UN tribunal begins Rwanda genocide trial

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The first people to be charged with involvement in the 1994 Rwandan genocide appeared before an international tribunal in the north Tanzanian town of Arusha yesterday. Two years after allegedly playing leading roles in the killing of up to 1 million minority Tutsis and moderate Hutus, two men sat before a judge and jury as charges against them were read out. A third is to appear in court today. All three were extradited from Zambia.

Georges Rutaganda, 37, an agricultural engineer and businessman in central Rwanda at the time of the genocide, pleaded not guilty to eight counts of genocide and crimes against humanity. His indictment says he helped to kill a large number of Tutsis while men under his control also butchered members of Rwanda's ethnic minority.

A shareholder in a radio station which helped fuel the genocide, Mr Rutaganda was also a leading light in the Interahamwe (Those who fight together) militia that was at the forefront of the genocide.

His trial was adjourned to October after his Belgian lawyer said he had to visit Rwanda to gather more evidence. Jean Paul Akayesu, who was chief authority in a district where at least 2,000 Tutsis were murdered, has also pleaded not guilty to the charges against him.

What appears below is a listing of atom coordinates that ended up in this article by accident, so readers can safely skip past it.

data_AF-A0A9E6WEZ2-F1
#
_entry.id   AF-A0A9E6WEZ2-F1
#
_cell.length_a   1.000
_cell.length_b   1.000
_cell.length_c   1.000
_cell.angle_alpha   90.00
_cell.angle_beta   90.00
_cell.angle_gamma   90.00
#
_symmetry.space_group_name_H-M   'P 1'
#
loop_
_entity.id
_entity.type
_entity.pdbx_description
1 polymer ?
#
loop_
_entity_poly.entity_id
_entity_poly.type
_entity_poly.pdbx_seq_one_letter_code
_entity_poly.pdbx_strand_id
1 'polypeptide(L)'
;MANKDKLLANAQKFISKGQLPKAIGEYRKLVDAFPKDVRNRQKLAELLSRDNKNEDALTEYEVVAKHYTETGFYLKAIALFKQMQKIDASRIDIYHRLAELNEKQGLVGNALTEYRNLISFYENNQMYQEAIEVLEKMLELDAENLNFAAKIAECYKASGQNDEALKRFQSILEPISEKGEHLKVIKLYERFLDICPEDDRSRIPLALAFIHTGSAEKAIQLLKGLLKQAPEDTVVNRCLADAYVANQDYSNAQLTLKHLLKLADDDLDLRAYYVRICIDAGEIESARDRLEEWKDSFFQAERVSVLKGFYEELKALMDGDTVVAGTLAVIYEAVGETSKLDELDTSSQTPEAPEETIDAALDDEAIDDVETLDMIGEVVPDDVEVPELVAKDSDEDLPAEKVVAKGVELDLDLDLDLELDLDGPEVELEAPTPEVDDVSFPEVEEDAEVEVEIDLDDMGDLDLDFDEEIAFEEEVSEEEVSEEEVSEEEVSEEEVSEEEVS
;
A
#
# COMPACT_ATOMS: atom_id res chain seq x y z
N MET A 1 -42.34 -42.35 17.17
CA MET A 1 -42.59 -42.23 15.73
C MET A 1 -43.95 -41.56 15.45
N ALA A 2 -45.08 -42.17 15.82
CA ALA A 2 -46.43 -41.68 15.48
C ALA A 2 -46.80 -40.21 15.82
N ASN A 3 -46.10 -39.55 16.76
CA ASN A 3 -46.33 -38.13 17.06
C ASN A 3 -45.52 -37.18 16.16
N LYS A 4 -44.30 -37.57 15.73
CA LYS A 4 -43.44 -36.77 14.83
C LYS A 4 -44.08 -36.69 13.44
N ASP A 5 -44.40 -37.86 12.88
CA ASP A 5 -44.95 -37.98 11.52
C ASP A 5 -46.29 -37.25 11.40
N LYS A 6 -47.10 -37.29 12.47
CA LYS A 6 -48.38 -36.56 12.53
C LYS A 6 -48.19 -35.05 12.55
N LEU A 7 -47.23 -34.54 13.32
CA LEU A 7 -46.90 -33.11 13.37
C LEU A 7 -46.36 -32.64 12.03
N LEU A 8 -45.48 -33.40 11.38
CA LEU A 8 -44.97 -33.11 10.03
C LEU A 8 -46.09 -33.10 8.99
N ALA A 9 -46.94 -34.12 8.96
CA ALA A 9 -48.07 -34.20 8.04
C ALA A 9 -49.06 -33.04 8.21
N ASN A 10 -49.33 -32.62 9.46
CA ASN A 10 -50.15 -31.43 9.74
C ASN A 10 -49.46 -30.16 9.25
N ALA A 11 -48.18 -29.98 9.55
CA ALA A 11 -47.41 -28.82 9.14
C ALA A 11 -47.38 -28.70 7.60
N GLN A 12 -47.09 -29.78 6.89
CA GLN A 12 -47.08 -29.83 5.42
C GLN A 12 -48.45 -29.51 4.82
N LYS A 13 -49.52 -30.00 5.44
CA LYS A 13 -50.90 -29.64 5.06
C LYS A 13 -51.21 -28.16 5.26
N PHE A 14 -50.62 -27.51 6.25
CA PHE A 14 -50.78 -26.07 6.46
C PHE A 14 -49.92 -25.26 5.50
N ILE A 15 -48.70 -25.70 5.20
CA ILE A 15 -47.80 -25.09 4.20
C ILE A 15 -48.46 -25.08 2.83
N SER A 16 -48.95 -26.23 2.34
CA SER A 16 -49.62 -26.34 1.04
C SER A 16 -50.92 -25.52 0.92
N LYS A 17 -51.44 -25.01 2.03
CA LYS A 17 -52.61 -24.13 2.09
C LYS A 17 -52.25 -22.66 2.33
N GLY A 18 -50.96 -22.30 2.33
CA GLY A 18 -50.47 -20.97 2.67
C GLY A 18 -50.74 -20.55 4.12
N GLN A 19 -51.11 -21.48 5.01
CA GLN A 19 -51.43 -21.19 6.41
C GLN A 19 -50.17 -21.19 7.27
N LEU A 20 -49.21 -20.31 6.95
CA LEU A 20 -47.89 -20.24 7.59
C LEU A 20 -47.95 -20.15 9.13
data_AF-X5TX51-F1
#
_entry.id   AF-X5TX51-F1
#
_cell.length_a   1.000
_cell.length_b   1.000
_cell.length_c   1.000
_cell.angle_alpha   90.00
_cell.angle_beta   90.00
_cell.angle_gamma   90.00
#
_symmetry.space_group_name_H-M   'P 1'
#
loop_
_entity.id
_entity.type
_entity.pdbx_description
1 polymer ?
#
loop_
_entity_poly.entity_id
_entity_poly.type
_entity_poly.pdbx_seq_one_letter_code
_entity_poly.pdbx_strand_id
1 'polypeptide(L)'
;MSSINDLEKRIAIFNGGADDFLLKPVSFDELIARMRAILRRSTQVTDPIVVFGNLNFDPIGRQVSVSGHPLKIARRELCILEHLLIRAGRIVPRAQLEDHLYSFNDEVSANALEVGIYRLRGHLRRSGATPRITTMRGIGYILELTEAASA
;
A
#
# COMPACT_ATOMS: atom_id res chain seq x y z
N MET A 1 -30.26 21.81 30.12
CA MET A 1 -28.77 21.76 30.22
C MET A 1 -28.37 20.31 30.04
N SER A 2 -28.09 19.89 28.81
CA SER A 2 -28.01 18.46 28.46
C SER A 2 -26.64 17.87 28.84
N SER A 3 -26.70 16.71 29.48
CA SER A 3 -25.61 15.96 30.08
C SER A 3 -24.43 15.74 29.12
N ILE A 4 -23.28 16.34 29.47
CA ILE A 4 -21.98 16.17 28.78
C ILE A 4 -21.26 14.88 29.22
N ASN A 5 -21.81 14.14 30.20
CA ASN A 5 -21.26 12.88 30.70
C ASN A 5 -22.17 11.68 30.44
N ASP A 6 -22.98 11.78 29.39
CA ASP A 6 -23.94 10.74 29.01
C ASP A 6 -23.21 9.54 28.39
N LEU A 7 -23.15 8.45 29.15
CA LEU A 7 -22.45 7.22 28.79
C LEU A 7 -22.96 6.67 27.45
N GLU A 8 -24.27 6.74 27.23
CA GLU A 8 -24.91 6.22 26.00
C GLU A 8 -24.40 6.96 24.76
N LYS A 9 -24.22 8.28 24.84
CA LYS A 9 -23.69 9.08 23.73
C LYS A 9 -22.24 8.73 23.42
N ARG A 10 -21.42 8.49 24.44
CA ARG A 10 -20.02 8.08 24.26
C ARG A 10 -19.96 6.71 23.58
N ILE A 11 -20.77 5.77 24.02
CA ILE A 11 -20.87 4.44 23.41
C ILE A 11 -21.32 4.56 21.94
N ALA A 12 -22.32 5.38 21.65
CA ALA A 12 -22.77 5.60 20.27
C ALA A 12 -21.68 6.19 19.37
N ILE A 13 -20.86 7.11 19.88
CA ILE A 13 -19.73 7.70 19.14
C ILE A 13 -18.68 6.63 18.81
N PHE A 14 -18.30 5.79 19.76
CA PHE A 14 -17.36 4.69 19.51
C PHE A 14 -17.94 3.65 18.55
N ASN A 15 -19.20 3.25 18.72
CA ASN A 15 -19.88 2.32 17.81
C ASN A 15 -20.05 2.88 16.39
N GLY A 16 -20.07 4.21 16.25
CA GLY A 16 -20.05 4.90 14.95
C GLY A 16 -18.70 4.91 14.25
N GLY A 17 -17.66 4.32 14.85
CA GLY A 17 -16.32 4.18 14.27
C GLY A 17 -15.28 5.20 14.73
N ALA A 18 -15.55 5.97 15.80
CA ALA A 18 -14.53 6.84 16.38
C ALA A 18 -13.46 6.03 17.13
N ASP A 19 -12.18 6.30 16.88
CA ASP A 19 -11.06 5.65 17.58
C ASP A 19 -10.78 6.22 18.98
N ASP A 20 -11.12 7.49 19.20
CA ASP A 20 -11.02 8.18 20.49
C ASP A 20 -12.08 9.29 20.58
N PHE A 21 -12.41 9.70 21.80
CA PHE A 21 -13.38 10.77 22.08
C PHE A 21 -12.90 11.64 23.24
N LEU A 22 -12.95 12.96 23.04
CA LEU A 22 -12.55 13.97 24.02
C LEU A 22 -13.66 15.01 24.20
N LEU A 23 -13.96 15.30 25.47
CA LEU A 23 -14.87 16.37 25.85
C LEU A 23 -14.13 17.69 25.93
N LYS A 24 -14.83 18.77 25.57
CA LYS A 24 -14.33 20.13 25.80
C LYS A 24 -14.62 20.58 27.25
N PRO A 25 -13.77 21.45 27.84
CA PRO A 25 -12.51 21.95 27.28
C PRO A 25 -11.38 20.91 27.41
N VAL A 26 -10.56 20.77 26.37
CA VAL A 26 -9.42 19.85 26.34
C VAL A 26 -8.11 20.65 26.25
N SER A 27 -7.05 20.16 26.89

The indictment against him says he not only failed to speak out against the bloodshed but ordered and participated in many killings.

The United Nations International Tribunal for Rwanda has been criticised, particularly by the Rwandan government, for being too slow. It has suffered from a lack of funding, a shortage of criminal investigators and poor co-operation from countries where suspects have sought refuge.

It has indicted only 10 suspects, mainly middle-ranking former officials. More than 70,000 Hutus accused of involvement in the 1994 genocide are languishing in overcrowded jails in Rwanda.